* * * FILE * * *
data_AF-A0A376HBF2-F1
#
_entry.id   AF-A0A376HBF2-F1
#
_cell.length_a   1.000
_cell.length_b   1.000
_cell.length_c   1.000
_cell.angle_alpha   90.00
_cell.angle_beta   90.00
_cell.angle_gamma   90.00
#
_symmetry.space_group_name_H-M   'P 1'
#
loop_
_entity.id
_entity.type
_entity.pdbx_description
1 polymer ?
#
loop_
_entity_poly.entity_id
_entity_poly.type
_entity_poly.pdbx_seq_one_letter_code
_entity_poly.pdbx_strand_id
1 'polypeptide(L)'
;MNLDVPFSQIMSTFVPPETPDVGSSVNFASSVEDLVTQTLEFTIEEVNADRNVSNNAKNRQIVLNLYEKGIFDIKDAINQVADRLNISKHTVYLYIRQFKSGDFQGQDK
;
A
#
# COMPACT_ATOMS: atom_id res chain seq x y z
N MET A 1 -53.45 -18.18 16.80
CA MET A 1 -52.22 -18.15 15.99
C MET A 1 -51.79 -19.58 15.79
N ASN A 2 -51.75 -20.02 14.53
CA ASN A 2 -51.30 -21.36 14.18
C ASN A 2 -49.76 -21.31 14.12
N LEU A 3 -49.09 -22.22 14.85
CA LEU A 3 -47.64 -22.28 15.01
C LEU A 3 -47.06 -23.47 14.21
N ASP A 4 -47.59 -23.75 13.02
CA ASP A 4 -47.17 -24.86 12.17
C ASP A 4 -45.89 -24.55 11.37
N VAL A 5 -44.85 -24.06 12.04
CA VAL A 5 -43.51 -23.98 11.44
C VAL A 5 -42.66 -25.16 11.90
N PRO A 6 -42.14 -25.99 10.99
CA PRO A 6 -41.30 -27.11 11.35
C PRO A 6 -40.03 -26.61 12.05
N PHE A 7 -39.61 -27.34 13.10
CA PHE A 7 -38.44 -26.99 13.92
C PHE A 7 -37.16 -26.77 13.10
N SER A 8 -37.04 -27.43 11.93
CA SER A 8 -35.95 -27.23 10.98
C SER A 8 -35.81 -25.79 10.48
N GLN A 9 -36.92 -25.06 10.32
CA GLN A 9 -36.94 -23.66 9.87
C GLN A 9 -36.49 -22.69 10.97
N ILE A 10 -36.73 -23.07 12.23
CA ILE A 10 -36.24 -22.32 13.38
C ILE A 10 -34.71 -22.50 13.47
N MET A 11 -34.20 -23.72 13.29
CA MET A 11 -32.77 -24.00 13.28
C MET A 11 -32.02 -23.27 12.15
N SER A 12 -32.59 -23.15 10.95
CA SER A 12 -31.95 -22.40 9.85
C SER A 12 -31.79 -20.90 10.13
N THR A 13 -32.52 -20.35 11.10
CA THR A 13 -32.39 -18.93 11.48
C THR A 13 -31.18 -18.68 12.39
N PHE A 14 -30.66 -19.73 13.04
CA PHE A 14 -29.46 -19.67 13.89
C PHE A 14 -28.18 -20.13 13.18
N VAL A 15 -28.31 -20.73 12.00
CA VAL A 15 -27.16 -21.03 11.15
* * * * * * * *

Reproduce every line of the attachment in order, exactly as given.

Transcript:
data_AF-A0A376HBF2-F1
#
_entry.id   AF-A0A376HBF2-F1
#
_cell.length_a   1.000
_cell.length_b   1.000
_cell.length_c   1.000
_cell.angle_alpha   90.00
_cell.angle_beta   90.00
_cell.angle_gamma   90.00
#
_symmetry.space_group_name_H-M   'P 1'
#
loop_
_entity.id
_entity.type
_entity.pdbx_description
1 polymer ?
#
loop_
_entity_poly.entity_id
_entity_poly.type
_entity_poly.pdbx_seq_one_letter_code
_entity_poly.pdbx_strand_id
1 'polypeptide(L)'
;MNLDVPFSQIMSTFVPPETPDVGSSVNFASSVEDLVTQTLEFTIEEVNADRNVSNNAKNRQIVLNLYEKGIFDIKDAINQVADRLNISKHTVYLYIRQFKSGDFQGQDK
;
A
#
# COMPACT_ATOMS: atom_id res chain seq x y z
N MET A 1 -53.45 -18.18 16.80
CA MET A 1 -52.22 -18.15 15.99
C MET A 1 -51.79 -19.58 15.79
N ASN A 2 -51.75 -20.02 14.53
CA ASN A 2 -51.30 -21.36 14.18
C ASN A 2 -49.76 -21.31 14.12
N LEU A 3 -49.09 -22.22 14.85
CA LEU A 3 -47.64 -22.28 15.01
C LEU A 3 -47.06 -23.47 14.21
N ASP A 4 -47.59 -23.75 13.02
CA ASP A 4 -47.17 -24.86 12.17
C ASP A 4 -45.89 -24.55 11.37
N VAL A 5 -44.85 -24.06 12.04
CA VAL A 5 -43.51 -23.98 11.44
C VAL A 5 -42.66 -25.16 11.90
N PRO A 6 -42.14 -25.99 10.99
CA PRO A 6 -41.30 -27.11 11.35
C PRO A 6 -40.03 -26.61 12.05
N PHE A 7 -39.61 -27.34 13.10
CA PHE A 7 -38.44 -26.99 13.92
C PHE A 7 -37.16 -26.77 13.10
N SER A 8 -37.04 -27.43 11.93
CA SER A 8 -35.95 -27.23 10.98
C SER A 8 -35.81 -25.79 10.48
N GLN A 9 -36.92 -25.06 10.32
CA GLN A 9 -36.94 -23.66 9.87
C GLN A 9 -36.49 -22.69 10.97
N ILE A 10 -36.73 -23.07 12.23
CA ILE A 10 -36.24 -22.32 13.38
C ILE A 10 -34.71 -22.50 13.47
N MET A 11 -34.20 -23.72 13.29
CA MET A 11 -32.77 -24.00 13.28
C MET A 11 -32.02 -23.27 12.15
N SER A 12 -32.59 -23.15 10.95
CA SER A 12 -31.95 -22.40 9.85
C SER A 12 -31.79 -20.90 10.13
N THR A 13 -32.52 -20.35 11.10
CA THR A 13 -32.39 -18.93 11.48
C THR A 13 -31.18 -18.68 12.39
N PHE A 14 -30.66 -19.73 13.04
CA PHE A 14 -29.46 -19.67 13.89
C PHE A 14 -28.18 -20.13 13.18
N VAL A 15 -28.31 -20.73 12.00
CA VAL A 15 -27.16 -21.03 11.15